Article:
Not exactly. The question has always been how far the "unlawful search and seizure" clause in the Bill of RIghts extends to anything and everything that a person may do privately. The upshot was that the decision about making abortion legal was thrown to the states. In the four situations in which that proposal was voted upon in the most recent election, all four states (including Kentucky, a very conservative state) voted to make it legal.

          Ruth Bader Ginsburg, a liberal of liberals and a feminist, joined the court after Roe v. Wade was originally decided. She stated publicly that she felt the case was incorrectly decided, and that it should have been left to the states, which is, in facts, what just happened.

          1. jilocasin


            Without the SCOTUS decision, it was thrown to the states, in the *absence* of a federal law. A sizable portion of the Republican party wants to pass a federal law outlawing abortion which would override any state laws to the contrary. Some in the Democratic party want to pass a federal law making it legal, which would also override any state laws to the contrary. Unfortunately, a not inconsequential portion of the Democratic party doesn't want to pass such a law, preferring to retain the threat as a means to mobilize a significant portion of their base.

  3. Sven Coenye

    Omitted tidbit

    The tracer was not enabled on installation. Users had to turn it on and for that, a trip through the settings was needed.

    Massachusetts should indeed not have done it, but it is not quite as ugly as Koch, Inc. makes it out to be.

    1. Anonymous Coward
      Anonymous Coward

      Good obervation

      And as the other posters pointed out, I seems they intend to get this into court where we would see much more detail about what happened. While your point is valid, this is a case I'd rather see play out long enough to see the light of day. A big question will be what data was transferred or discoverable from the base install, as compared to if a user opted in. In the same regard there was an Apple built system that I believe was also part of the OS, and opt in, so structurally similar, though around here I am not sure it was ever working even if you opted in.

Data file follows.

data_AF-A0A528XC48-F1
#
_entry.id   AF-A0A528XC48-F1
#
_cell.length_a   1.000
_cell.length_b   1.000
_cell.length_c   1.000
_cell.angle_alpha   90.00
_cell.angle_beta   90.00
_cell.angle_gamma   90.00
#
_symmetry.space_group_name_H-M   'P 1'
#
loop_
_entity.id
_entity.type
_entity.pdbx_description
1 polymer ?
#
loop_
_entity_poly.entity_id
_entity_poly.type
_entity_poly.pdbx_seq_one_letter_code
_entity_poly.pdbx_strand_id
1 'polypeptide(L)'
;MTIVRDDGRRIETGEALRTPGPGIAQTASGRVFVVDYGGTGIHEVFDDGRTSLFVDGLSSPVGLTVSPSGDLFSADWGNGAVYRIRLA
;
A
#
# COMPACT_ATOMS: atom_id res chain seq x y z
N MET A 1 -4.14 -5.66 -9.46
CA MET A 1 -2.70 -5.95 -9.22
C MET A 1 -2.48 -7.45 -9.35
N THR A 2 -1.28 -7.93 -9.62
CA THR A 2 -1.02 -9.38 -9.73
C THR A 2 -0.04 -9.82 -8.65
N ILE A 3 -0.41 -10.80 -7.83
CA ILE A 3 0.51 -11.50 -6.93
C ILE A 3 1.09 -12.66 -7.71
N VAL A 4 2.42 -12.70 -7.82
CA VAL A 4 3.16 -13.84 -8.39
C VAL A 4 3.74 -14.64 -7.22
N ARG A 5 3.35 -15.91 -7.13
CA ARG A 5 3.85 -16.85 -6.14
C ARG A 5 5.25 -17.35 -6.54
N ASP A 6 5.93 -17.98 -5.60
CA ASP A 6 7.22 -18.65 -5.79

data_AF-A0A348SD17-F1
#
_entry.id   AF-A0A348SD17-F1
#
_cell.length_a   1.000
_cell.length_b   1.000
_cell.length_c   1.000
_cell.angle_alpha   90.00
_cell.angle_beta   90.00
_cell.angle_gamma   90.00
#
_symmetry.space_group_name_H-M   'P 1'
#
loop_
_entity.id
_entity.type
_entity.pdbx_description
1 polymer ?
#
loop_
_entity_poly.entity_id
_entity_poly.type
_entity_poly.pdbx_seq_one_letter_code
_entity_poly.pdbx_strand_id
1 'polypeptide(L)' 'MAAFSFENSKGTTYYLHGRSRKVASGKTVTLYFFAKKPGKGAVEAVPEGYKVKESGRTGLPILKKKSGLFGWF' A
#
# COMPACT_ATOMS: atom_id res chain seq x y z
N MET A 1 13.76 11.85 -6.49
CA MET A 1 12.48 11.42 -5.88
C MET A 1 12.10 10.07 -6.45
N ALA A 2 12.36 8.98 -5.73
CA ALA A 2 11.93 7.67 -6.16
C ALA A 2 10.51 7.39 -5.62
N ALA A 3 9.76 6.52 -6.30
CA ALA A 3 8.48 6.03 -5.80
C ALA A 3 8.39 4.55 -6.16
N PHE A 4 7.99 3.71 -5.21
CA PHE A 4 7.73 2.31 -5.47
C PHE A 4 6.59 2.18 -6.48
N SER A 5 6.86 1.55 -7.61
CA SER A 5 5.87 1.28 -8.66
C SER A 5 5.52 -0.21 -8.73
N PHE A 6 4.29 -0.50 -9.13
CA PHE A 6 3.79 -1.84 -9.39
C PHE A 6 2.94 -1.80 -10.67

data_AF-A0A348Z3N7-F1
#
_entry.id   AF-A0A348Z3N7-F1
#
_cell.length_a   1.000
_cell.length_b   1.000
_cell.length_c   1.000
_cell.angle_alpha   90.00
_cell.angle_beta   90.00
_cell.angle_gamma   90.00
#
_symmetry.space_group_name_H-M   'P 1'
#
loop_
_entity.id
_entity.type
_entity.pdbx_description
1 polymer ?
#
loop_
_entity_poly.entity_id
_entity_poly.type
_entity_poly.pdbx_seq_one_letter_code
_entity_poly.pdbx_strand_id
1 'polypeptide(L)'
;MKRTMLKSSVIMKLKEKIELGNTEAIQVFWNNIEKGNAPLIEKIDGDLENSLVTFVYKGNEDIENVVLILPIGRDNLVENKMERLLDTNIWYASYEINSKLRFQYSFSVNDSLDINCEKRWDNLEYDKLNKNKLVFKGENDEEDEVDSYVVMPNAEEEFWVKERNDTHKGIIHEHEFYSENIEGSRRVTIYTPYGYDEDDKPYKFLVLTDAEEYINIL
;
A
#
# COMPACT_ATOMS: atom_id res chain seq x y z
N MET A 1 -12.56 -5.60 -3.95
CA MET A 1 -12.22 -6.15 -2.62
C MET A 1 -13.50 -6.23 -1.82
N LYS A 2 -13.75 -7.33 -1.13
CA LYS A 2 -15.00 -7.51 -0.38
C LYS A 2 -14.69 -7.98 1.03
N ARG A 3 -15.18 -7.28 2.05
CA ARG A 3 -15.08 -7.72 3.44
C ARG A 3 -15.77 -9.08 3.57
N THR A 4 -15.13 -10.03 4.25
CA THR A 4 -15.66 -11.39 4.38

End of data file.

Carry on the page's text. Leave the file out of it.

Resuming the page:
These are things that we should have transparency about in the public sphere. If it has to come out in court so be it.

  4. Jim Mitchell

    This violates Android device owners' federal privacy and unreasonable search protections as well as the state's computer crime laws, according to the lawsuit

    Conveniently, the US Supreme Court has ruled that privacy isn't a federal right in the US Constitution.

    1. SundogUK Silver badge

      The fourth amendment applies though.

      1. Sierpinski

        I'd push for an argument that the third forbids this as well. The government is forbidden from quartering soldiers in times of peace, storing other government property in times of peace, without the consent of the Owner in the Owner's property, should likewise be forbidden. Eminent domain language in the fifth amendment further support the idea that compensation is owed by the government prior to occupation of private property, not after, which should definitely include storage on private devices.

  5. Henry Wertz 1 Gold badge


    I have zero sympathy for the anti-maskers, anti-vaxers, and such that are basically responsible for there still being Covid in the wild.

    BUT, states must not be permitted to surreptitiously install applications on a users phones. Good on them for suing over this, and good on them for the $1 damage (since, after all, public health in the US is not properly funded, and asking for even $100,000 damages probably means a health clinic or something in the state would be shut down.)

    1. SundogUK Silver badge

      Re: Agreed

      "...the anti-maskers, anti-vaxers, and such that are basically responsible for there still being Covid in the wild."

      The masks almost everyone wore do not stop transmission. The manufacturers have admitted outright that the vaccines do not stop transmission. This is complete rubbish.

      1. LionelB Silver badge

        Re: Agreed

        <Sigh> here we go again... seat belts do not "stop" death and injury in car crashes, etc. etc. Do we really need to rehash this nonsense?

    2. Spazturtle Silver badge

      Re: Agreed

      "and such that are basically responsible for there still being Covid in the wild."

      Would you care to explain how you came to that opinion as it doesn't match what the evidence shows.

      Vaccines don't stop the virus entering your body, they prime your immune system to produce anti-bodies to fight the virus once it is detected by your body.

      Whilst with many viruses you are not infectious for a while after you catch them (and thus with a vaccine your body can fight them off before they reach that point) with covid this is not the case, you are infectious almost as soon as you catch it and can spread it before your body can clear the infection up.

      1. LionelB Silver badge

        Re: Agreed

        All true - but the vaccines nonetheless do reduce risk of transmission over the course of an infection by reducing the viral load, and may also reduce the duration of the contagious phase of infection.